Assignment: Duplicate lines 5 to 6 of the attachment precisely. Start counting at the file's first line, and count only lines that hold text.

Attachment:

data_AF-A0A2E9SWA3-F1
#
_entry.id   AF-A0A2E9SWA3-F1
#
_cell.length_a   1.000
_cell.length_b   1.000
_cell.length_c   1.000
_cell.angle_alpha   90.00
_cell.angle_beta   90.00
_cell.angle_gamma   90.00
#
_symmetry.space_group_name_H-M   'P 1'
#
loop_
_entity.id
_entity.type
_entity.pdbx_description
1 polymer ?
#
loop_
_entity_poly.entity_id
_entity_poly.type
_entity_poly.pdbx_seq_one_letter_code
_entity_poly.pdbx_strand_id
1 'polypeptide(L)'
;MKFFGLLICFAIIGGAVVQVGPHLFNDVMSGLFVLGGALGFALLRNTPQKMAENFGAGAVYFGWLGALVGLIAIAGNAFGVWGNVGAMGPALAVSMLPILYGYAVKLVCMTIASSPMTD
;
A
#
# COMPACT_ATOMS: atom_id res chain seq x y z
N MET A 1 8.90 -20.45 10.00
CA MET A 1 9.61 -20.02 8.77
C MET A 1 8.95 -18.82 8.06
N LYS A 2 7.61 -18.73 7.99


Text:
_cell.length_a   1.000
_cell.length_b   1.000